"For the sin of their mouth and the words of their lips let them even be taken in their pride." Such dreadful language of atheism and insolence deserves a fit return. As they hope to take their victims, so let them be taken themselves, entangled in their own net, arrested in the midst of their boastful security. Sins of the lips are real sins, and punishable sins. Men must not think because their hatred gets no further than railing and blasphemy that therefore they shall be excused. He who takes the will for the deed, will take the word for the deed and deal with men accordingly. Wretches who are persecutors in talk, burners and stabbers with the tongue, shall have a reckoning for their would-be transgressions. Pride though it show not itself in clothes, but only in speech, is a sin; and persecuting pride, though it pile no fagots at Smithfield, but only revile with its lips, shall have to answer for it among the unholy crew of inquisitors. "And for cursing and lying which they speak." Sins, like hounds, often hunt in couples. He who is not ashamed to curse before God, will be sure to lie unto men. Every swearer is a liar. Persecution leads on to perjury. They lie and swear to it. They curse and give a lying reason for their hate. This Shall not go unnoted of the Lord, but shall bring down its recompense. How often has it happened that while haughty speeches have been fresh in the mouths of the wicked they have been overtaken by avenging providence, and made to see their mischief recoil upon themselves!

Psalm 59:13

"Consume them in wrath." As if he had changed his mind and would have them brought to a speedy end, or if spared would have them exist as ruins, he cries, "consume them," and he redoubles his cry, "consume them," nay, he gives a triple note, "that they may not be." Revilers of God whose mouths pour forth such filth as David was on this occasion obliged to hear, are not to be tolerated by a holy soul; indignation must flame forth, and cry to God against them. When men curse the age and the place in which they live, common humanity leads the righteous to desire that they may be removed. If they could be reformed it would be infinitely better; but if they cannot, if they must and will continue to be like mad dogs in a city, then let them cease to be. Who can desire to see such a generation perpetuated'? "And let them know;" i.e., let all the nations know, "that God ruleth in Jacob unto the ends of the earth." He whose government is universal fixes his headquarters among his chosen people, and there in special he punishes sin. So David would have all men see. Let even the most remote nations know that the great moral Governor has power to destroy ungodliness, and does not wink at iniquity in any, at any time, or in any place. When sin is manifestly punished it is a valuable lesson to all mankind. The overthrow of a Napoleon, is a homily for all monarchs, the death of a Tom Paine a warning to all infidels, the siege of Paris a sermon to all cities. Selah. Good cause there is for this rest, when a theme so wide and important is introduced. Solemn subjects ought not to be hurried over; nor should the condition of the heart while contemplating themes so high be a matter of indifference. Reader, bethink thee. Sit thou still awhile and consider the ways of God with man.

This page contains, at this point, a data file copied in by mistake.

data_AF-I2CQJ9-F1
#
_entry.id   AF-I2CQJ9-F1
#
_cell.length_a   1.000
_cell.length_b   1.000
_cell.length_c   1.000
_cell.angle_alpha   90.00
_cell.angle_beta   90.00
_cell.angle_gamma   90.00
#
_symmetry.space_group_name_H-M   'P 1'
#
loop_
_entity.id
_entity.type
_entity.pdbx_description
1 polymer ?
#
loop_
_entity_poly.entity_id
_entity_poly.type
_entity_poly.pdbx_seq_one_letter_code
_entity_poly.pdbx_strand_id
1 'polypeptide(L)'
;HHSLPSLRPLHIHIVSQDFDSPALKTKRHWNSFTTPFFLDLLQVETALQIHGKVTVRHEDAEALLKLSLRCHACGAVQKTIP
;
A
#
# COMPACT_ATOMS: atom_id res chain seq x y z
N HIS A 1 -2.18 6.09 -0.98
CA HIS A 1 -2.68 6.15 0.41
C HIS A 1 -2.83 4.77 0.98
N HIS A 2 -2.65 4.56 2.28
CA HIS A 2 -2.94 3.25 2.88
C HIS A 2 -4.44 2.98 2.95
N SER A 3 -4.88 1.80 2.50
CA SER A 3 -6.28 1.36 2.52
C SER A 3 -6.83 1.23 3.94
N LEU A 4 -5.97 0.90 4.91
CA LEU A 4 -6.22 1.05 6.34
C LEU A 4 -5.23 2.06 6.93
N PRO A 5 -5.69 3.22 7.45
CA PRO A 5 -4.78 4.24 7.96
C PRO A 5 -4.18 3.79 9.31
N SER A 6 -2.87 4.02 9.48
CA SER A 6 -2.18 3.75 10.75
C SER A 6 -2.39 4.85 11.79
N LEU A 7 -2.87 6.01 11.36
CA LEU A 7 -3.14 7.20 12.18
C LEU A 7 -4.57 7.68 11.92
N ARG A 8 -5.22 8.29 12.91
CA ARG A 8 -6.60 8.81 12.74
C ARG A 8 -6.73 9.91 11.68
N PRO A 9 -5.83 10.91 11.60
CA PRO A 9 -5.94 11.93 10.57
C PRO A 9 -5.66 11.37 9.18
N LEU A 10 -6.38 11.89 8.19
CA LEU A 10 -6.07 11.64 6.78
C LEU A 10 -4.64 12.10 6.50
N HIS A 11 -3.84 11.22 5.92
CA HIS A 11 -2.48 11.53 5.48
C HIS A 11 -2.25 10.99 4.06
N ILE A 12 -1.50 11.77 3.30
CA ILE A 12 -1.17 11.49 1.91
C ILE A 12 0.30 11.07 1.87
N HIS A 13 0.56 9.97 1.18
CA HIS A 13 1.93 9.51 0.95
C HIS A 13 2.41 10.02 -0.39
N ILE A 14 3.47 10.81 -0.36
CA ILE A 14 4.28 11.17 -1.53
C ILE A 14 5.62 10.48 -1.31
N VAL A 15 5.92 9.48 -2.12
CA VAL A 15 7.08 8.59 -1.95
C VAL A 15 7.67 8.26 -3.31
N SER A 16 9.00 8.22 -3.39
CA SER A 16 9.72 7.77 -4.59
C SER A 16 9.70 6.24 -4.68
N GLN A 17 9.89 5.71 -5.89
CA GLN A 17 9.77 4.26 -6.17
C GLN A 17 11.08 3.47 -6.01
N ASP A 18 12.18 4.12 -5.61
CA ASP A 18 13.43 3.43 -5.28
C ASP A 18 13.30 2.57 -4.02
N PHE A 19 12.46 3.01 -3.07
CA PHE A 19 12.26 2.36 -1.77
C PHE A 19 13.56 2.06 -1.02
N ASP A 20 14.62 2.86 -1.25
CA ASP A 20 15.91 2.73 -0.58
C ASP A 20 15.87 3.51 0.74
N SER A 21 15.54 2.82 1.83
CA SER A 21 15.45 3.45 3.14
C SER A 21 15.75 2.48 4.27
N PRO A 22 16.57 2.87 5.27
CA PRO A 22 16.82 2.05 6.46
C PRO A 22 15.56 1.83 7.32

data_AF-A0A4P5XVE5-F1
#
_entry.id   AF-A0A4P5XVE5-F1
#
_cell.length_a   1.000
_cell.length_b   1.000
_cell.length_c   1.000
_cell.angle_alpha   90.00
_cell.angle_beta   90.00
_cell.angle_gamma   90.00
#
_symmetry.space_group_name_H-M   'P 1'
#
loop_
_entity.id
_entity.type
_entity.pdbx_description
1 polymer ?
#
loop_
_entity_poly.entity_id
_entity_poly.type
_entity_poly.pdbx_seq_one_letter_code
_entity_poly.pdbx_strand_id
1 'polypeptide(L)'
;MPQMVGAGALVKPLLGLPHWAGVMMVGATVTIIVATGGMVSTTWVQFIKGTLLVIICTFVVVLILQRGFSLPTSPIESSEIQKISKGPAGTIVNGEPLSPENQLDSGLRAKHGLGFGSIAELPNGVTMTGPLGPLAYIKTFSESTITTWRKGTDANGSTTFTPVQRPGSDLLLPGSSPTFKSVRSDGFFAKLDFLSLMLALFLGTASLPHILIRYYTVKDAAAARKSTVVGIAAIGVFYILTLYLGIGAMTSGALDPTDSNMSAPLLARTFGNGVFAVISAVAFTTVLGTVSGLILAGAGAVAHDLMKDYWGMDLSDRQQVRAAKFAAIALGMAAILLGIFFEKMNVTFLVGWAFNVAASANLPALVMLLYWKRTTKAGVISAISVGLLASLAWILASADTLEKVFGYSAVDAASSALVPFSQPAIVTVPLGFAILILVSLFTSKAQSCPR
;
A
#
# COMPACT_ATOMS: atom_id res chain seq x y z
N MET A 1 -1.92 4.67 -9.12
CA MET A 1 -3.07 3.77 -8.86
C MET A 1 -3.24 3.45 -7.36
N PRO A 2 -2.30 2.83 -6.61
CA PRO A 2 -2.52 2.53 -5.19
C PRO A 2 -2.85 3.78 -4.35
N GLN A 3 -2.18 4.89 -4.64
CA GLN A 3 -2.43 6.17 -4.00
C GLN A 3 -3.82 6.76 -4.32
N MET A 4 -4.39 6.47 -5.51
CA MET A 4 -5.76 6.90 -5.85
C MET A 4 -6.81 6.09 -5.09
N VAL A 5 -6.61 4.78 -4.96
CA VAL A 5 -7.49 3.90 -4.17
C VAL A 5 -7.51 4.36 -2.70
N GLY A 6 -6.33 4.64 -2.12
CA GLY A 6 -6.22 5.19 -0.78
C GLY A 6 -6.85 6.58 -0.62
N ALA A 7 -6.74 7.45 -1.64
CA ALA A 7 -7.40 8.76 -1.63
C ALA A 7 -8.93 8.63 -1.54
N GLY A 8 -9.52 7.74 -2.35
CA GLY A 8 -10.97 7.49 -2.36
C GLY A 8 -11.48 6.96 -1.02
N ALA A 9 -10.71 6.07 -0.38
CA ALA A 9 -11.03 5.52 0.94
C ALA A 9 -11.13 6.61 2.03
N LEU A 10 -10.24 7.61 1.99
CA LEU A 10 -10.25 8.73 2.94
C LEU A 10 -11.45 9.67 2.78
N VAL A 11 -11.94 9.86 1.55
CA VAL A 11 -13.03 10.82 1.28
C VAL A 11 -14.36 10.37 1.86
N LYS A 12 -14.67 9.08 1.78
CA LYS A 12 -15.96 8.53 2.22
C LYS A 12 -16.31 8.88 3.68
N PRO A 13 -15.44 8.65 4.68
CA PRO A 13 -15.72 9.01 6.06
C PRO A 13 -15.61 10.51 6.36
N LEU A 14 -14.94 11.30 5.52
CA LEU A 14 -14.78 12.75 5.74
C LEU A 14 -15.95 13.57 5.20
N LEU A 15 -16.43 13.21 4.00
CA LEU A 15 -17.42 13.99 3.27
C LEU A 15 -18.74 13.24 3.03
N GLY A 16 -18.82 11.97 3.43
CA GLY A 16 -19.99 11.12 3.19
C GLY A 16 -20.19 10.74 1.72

Slay them not, to wit, suddenly, or at once.

My people; my countrymen; or those over whom thou hast appointed me to be governor in due time. Forget their former danger, and thy glorious mercy in delivering them, and their own duty to thee for it. Hereby it most plainly appears that David, in these and the like imprecations against his enemies, was not moved thereunto by his private malice, or desire of revenge, but by the respect which he had to God’s honour and the general good of his people.